The NFL never sleeps, but the closest it comes to hibernation is after the draft and before training camps begin in July. For now, the attention shifts to the practice field as teams perform OTAs (organized team activities) and minicamps over the final weeks of May and early part of June.
It's easy to dismiss OTAs as a pointless exercise. There isn't much in the way of actual physical drills, and most of the time it just consists of players running around in T-shirts and shorts going through the motions. However, OTAs still hold some importance among certain groups. For rookies, it's their first chance to work with the team and learn the playbook. For new head coaches, they'll be debuting a playbook and scheme that the players will need a head start on before the real hard work starts in July.
Perhaps the most intriguing OTA story every year is the quarterback competition, particularly among teams that don't have an obvious Week 1 starter. This year should be no different, with several teams looking to hold a competition throughout training camp and preseason. Of course, for those players the real work begins in these spring minicamps, where they will hope to make a good first impression with the coaching staff.
Let's highlight five teams with a quarterback competition looming and see how things could play out over OTAs and minicamps before the battles really ramp up in training camp.
The competitors: Sam Bradford, Carson Wentz, Chase Daniel
Early in free agency the Eagles seemed content to roll with Bradford for another year, re-signing him to a lucrative short-term contract. However, their quarterback situation -- and Bradford's morale -- got blown up when the Eagles traded a boatload of assets to move up in the NFL Draft, selecting Wentz with the No. 2 pick. Philadelphia doesn't exactly plan to start Wentz in 2016, but Bradford took the move hard, having a weak holdout before reporting for OTAs. The starting job is still Bradford's for now, though.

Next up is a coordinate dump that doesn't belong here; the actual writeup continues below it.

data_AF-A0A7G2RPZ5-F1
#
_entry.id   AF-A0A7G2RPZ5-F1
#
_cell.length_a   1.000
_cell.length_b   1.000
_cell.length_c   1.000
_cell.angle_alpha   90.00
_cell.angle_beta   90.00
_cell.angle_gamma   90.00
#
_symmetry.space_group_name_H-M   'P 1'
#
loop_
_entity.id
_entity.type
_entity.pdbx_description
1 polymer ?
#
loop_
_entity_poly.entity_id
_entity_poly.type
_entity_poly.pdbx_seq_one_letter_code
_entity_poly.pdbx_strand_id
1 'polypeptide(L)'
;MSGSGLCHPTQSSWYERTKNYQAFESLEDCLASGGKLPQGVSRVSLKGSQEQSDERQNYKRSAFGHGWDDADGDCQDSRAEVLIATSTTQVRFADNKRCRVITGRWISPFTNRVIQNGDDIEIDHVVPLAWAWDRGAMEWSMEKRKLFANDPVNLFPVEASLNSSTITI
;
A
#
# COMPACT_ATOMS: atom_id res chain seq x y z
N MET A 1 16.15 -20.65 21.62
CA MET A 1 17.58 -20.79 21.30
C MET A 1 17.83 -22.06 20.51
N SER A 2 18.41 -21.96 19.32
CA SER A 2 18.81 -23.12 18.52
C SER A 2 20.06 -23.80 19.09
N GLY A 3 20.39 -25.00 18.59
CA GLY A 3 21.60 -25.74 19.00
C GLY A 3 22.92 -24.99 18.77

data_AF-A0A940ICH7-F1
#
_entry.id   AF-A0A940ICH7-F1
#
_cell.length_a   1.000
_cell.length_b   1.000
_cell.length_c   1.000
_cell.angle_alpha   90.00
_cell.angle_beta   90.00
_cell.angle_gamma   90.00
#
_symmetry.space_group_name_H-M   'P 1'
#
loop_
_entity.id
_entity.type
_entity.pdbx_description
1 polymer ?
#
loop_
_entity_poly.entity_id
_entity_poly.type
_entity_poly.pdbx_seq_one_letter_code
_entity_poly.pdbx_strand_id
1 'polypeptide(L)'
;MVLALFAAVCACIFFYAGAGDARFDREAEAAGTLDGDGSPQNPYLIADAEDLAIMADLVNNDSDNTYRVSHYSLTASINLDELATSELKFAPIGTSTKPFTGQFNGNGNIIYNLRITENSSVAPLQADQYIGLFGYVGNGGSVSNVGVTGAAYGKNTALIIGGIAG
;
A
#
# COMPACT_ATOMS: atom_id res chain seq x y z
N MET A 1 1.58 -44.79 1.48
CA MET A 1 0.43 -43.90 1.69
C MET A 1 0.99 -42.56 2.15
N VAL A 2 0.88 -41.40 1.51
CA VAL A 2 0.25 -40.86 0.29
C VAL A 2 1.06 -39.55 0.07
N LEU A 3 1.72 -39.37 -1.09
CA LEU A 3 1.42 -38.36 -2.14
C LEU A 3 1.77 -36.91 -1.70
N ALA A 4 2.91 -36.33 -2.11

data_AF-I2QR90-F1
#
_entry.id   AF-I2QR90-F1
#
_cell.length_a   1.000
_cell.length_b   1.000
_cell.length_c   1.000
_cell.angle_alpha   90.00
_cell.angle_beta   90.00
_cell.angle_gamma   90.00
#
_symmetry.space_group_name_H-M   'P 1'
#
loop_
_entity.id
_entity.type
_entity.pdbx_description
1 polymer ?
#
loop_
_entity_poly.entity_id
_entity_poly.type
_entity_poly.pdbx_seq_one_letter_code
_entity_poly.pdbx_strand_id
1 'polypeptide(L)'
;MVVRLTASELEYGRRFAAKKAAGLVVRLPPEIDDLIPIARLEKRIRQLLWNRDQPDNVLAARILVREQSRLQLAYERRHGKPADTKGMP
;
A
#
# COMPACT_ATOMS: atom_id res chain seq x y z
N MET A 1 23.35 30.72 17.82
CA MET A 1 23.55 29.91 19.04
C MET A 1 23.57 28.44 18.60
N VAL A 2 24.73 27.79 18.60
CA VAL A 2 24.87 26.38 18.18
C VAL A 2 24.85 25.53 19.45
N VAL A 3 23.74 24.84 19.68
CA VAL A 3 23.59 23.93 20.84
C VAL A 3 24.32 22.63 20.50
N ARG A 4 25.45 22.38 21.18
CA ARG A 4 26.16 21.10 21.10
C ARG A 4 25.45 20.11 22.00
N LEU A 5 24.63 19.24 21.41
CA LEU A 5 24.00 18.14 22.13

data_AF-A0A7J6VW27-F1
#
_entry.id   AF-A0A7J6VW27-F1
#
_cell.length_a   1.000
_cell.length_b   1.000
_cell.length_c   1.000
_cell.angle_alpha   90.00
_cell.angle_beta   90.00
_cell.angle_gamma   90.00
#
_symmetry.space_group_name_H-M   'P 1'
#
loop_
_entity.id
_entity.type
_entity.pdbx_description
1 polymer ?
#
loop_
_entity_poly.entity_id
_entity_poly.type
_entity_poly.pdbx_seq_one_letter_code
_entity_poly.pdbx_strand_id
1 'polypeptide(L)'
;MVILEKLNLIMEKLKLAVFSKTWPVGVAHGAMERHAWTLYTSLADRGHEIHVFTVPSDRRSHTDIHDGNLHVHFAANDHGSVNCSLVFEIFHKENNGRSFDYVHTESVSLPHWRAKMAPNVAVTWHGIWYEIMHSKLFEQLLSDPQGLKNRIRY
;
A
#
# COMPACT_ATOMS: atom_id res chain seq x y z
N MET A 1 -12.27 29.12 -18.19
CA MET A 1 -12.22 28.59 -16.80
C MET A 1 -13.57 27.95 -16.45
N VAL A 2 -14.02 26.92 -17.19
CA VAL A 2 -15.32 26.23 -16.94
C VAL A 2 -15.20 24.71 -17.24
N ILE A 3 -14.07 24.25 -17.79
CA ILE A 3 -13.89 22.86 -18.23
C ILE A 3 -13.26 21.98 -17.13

"Sam’s still the starter," new head coach Doug Pederson said. "Carson has a long way to go with this system. He’s learning every day but Sam’s the guy."
Wentz remains their future at the position, and his progress in OTAs and training camp could alter their plans.
Meanwhile, there's a potential wild card in Daniel, who played under Pederson, the former Chiefs offensive coordinator, for three seasons in Kansas City. Despite being a career backup for six seasons, the Eagles signed him to a surprisingly big contract worth $21 million over three years, with $12 million guaranteed. That's a ridiculous amount of money to give a third-string quarterback, so Daniel looks to stay in the competition throughout the summer.
San Francisco 49ers
The competitors: Colin Kaepernick, Blaine Gabbert
Kaepernick's fall from grace is well-documented by now. He wanted out of San Francisco and the 49ers seemed willing to trade him, but they could never get a deal done. So now Kaepernick is stuck in a quarterback competition with Gabbert, a 2011 first-round pick who infamously flamed out in Jacksonville before having a slightly competent stint as the 49ers' starter last year when he took over for Kaepernick.
Kaepernick was later shut down for a shoulder injury and still hasn't been cleared to practice. While he seems like the most natural fit for Chip Kelly's offense, it's hard to tell how this battle will play out until he can compete on the field. Kaepernick reportedly made a solid impression early on with the new coaching staff, but it would be surprising if the 49ers settled on a starter at any point before Week 1.